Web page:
There was once a time, not so long ago, that the house seller had few options for selling a house other than the high street. Row upon row of estate agents, each welcoming you into their office to chat about your home and how great it is, and how selling it should present no problem whatsoever to their team of experts.
After a week or two of professional photography and visits and valuations and the employment of other devices for extracting money, your property would proudly find itself in a mix with hundreds of others from your area on the windows of the agents, and in your local newspaper.
But look at the brutal facts. Newspaper sales are falling through the floor, meaning that fewer sets of eyes see your property. Then there’s the fact that people know that most of the homes in estate agents can also be viewed online, so why would one bother to go into a high street shop?
One can understand why the more traditional seller, still wary of the digital world, wants to deal with someone on a face-to-face basis. And one might understand that the advice and physical help with measuring rooms and even putting up a ‘For Sale’ sign will be advantages to some. One can understand, but these do not tell the whole story. A high street estate agent will typically take between 0.75% and 3.5% of the proceeds of the sale of a house, depending on the valuation. The time period is protracted and stretched out, and won’t necessarily place the property in all the avenues that would enable a swift sale.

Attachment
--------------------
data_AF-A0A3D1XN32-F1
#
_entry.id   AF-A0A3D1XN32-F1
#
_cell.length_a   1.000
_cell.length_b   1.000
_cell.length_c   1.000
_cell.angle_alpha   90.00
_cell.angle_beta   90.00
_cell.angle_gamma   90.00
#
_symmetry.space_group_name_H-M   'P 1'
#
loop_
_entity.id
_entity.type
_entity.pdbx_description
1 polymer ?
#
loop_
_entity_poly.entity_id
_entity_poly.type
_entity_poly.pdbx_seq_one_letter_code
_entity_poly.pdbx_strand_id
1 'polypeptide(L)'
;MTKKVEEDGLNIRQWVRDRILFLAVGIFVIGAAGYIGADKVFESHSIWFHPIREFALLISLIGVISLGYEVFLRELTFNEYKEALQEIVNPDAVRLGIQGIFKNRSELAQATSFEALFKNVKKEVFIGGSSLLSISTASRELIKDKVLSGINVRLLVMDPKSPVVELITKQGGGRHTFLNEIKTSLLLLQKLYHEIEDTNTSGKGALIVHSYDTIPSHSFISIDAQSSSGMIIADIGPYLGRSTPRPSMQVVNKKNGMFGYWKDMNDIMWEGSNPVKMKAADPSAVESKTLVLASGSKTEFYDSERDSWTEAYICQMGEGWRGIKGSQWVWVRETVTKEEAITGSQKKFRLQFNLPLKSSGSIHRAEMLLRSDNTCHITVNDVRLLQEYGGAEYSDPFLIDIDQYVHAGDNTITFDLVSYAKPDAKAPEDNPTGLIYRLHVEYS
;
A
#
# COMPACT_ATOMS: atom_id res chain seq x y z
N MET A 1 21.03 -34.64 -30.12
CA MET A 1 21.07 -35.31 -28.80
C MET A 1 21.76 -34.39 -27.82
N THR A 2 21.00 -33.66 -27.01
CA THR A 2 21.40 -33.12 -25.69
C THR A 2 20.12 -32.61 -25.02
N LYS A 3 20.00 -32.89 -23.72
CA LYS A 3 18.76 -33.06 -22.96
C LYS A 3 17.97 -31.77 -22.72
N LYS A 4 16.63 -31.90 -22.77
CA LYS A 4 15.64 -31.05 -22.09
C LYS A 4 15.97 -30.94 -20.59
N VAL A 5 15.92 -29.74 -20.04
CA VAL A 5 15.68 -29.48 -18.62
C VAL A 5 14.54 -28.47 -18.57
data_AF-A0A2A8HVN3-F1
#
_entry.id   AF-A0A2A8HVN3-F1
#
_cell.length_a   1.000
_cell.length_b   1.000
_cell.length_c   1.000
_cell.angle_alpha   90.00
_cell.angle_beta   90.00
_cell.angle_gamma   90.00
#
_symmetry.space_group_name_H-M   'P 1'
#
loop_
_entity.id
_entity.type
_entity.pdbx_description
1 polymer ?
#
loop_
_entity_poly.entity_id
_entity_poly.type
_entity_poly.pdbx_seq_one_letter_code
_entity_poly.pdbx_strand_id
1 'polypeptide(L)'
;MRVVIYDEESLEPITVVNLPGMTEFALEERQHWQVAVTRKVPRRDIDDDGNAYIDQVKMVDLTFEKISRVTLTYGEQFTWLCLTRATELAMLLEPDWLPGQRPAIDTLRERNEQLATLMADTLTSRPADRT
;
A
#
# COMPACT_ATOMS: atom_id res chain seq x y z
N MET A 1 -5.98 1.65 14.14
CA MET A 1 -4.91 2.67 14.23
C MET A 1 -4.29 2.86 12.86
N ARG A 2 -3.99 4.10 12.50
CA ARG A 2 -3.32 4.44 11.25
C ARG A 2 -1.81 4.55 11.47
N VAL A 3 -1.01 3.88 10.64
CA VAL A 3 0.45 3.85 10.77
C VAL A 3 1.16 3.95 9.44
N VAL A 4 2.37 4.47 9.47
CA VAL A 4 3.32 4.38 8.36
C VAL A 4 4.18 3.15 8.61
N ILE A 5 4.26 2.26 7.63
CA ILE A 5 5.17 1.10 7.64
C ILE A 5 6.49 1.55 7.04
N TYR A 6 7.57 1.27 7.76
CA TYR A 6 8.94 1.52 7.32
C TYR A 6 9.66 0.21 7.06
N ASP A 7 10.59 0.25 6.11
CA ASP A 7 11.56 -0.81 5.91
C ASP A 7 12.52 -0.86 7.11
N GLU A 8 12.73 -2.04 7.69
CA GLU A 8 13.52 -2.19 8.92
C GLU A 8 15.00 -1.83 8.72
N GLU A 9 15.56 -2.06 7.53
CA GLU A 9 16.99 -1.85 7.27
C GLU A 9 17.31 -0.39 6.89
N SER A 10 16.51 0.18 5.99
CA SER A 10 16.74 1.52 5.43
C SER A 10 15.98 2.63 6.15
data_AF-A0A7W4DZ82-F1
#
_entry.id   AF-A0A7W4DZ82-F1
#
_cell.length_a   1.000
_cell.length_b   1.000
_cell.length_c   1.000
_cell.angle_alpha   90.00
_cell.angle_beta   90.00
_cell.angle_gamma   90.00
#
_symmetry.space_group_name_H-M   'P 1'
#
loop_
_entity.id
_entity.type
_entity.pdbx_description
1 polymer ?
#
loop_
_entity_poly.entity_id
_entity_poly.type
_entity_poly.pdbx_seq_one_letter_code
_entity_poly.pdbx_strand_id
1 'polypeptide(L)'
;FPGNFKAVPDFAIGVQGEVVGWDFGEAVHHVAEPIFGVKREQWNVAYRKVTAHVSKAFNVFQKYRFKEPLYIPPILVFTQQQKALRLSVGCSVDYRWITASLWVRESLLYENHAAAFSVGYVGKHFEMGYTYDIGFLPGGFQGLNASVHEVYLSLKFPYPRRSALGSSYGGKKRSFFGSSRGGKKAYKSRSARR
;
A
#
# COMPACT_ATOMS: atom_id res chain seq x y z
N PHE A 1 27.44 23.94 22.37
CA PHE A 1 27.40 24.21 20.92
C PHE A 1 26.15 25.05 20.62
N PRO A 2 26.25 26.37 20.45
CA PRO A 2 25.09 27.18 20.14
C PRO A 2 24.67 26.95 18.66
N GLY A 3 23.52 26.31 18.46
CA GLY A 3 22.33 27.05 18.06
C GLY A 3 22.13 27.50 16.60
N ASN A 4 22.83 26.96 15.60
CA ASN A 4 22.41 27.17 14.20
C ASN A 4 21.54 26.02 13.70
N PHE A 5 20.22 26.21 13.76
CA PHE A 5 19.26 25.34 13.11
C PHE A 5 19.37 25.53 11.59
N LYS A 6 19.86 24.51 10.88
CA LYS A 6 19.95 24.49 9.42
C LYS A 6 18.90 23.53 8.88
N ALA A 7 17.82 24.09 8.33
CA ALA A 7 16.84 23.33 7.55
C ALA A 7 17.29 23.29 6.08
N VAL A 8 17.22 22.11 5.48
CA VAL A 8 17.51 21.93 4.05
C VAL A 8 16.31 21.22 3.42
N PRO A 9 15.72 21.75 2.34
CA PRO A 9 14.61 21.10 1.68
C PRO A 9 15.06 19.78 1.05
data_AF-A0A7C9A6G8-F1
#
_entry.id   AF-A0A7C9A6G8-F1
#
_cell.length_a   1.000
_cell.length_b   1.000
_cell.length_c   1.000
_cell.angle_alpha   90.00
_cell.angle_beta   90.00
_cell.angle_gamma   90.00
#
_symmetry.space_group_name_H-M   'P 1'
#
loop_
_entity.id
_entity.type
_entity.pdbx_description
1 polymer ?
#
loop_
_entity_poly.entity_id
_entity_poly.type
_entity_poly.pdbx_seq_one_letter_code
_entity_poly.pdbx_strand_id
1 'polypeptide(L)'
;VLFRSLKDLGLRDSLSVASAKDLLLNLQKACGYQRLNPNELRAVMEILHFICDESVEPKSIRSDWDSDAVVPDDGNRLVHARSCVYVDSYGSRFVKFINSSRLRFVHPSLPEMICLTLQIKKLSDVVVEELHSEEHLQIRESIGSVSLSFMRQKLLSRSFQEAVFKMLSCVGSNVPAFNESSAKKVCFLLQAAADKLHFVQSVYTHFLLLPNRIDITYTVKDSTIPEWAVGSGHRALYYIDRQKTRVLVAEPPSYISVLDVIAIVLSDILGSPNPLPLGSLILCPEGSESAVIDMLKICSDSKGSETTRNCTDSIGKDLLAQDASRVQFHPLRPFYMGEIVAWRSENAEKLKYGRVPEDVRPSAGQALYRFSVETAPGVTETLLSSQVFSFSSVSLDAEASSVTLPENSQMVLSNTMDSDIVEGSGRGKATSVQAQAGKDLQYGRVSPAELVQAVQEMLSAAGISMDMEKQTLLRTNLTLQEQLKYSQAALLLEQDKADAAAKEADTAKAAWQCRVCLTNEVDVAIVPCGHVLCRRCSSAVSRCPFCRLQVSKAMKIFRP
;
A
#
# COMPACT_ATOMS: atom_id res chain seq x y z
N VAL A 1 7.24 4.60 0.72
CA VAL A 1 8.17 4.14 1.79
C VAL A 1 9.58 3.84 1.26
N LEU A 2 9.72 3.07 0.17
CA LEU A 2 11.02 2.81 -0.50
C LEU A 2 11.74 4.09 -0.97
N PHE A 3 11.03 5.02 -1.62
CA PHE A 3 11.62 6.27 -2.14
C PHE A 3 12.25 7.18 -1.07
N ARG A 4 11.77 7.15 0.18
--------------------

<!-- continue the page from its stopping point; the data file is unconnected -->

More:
High street sellers are under pressure from two new kids on the block. The first is social media and the second is online estate agents.
To take the first: it only needs a couple of hours to set up your own, optimised website, complete with photographs (and possibly videos of a self-tour), knowledge of local facilities, contact details, and other 21st century representations. From there one creates Facebook and Twitter accounts that are regularly monitored. Viewings can be arranged, and tweets sent to people who have shown an interest in moving to the area. Later in the process you’ll need to iron out the legalities, but you may already have saved thousands of pounds. What’s more it’s not unheard of for homes to be sold 2-3 weeks after posting.
The alternative (although one could do both) is using an online estate agent, which is another money and time saver. Online estate agents have fewer overheads, meaning cheaper costs for customers in the form of a set fee. The smart seller will know exactly what they need, and perhaps more pertinently, what they don’t need.
If you simply want to get the word out there and test the water, then just pay for the listing on RightMove and Zoopla through the agent, adding your own pictures. Maybe you want a few more frills, in which case you could go for additional services.
The final lesson is perhaps this: local knowledge is important, but getting your property seen by people quickly, and getting it sold just as swiftly is more important.